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Explain why Stalin and not Trotsky emerged as Lenin's successor

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Explain why Stalin and not Trotsky emerged as Lenin's successor. Throughout the Russian revolution, Trotsky always appeared as Lenin's right-hand-man. However, after Lenin's untimely death in 1921 it was Stalin, and not Trotsky who emerged as Lenin's successor. In this essay I am going to investigate why it was Stalin that emerged as Lenin's successor and not Trotsky. I am going to investigate the personalities between the two, their support in the communist party, their policies and their power-bases and to see how these differences would have helped or hindered either Trotsky or Stalin to succeed Lenin. On the 21st of January 1924, when Lenin had died it was Stalin that led the mourning and then made a series of speeches declaring his loyalty to Lenin's ideas. It was Stalin that had Lenin's body embalmed and put on display in Red Square, Moscow. Trotsky was not present at Lenin's funeral because he was on sick leave in the south of the USSR. This was Stalin's first step in succeeding Lenin. Publicly, it appeared that it was Stalin who truly respected and revered Lenin and it was Stalin who had showed the most consideration towards Lenin's efforts in securing the Russian Revolution. ...read more.


While Zinoviev and Kamenev agreed with Trotsky's economical views, they disliked him as a person. Whilst Trotsky was popular among the army and the ordinary members of the Communist party, he was disliked within the Politburo for his vanity and arrogance. Trotsky's personality was also judged by Lenin in his testament published in 1922. Lenin wrote that, "Trotsky...is personally perhaps the most capable man in the present central committee but has displayed excessive self assurance". Trotsky's unpopularity within the Politburo was, I believe, the main cause for Trotsky's failure to succeed Lenin. The dislike the members of the Politburo held for Trotsky, motivated Kamenev, Zinoviev and Stalin to combine to prevent Trotsky from succeeding Lenin. However, Lenin also commented on Stalin's personality in his testament, writing, "Stalin...has unlimited authority in his hands, and I am not sure whether he will always be capable of using that authority with sufficient caution." Lenin later added more criticisms: "Stalin is too rude and this defect is intolerable...I suggest removing Stalin from his post" Lenin suggested replacing Stalin with someone "more tolerant, more loyal, more polite and more considerate". ...read more.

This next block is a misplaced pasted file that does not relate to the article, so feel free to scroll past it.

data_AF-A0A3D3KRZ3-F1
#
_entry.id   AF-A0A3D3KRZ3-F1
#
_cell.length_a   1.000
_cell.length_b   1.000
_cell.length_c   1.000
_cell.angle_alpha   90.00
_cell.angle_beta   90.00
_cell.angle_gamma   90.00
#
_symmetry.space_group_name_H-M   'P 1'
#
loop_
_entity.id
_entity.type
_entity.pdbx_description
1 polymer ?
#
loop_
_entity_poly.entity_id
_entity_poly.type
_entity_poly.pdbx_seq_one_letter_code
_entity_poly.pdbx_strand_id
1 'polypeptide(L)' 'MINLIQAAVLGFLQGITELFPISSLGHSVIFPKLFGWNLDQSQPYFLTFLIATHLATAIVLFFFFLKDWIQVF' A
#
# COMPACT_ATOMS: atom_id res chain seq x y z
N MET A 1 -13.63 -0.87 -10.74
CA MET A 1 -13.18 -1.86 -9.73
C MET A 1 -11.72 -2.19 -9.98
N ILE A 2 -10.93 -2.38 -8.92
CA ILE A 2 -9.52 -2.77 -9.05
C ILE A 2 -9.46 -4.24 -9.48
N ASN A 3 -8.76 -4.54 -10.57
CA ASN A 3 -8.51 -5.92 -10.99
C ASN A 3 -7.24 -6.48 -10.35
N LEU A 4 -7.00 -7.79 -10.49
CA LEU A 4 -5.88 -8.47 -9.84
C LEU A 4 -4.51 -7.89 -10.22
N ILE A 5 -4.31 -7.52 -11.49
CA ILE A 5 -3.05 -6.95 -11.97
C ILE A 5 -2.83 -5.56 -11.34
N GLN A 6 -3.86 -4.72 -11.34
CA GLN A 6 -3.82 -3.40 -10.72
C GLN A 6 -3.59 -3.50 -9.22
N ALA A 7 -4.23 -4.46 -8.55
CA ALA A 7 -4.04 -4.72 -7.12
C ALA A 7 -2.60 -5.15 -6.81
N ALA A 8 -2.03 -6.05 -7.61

Stalin joined the Rightists in an attempt to drive Trotsky, Zinoviev and Kamenev out of the Politburo. Stalin's position was strengthened when the Party congress elected three of Stalin's close friends and supporters into the Politburo. With their support Stain was able to force Trotsky, Kamenev and Zinoviev from the Politburo in 1925 and later in 1927 Trotsky and Zinoviev were expelled from the Communist Party. His power base helped him to secure leadership of Russia because he was able to eliminate any political opponents and had a large and loyal support base which would support and allow Stalin to do what he wished. In 1928 Stalin became leader of Russia. Stalin public performances contributed to his popularity and his personality did not make him any opponents within the Politburo but these would have not sufficed to succeed Lenin. Therefore, in conclusion I believe that Stalin was able to succeed Lenin primarily because he established a power base within the Communist party that he used to eliminate political opponents and to support any of his decisions through majority votes. A constant throughout Stalin's power struggle was his ruthless drive to become ruler of Russia. Stalin slithered through the communist party, misusing his power to corrupt the integrity of the party so that he may become leader of Russia. ?? ?? ?? ?? ...read more.

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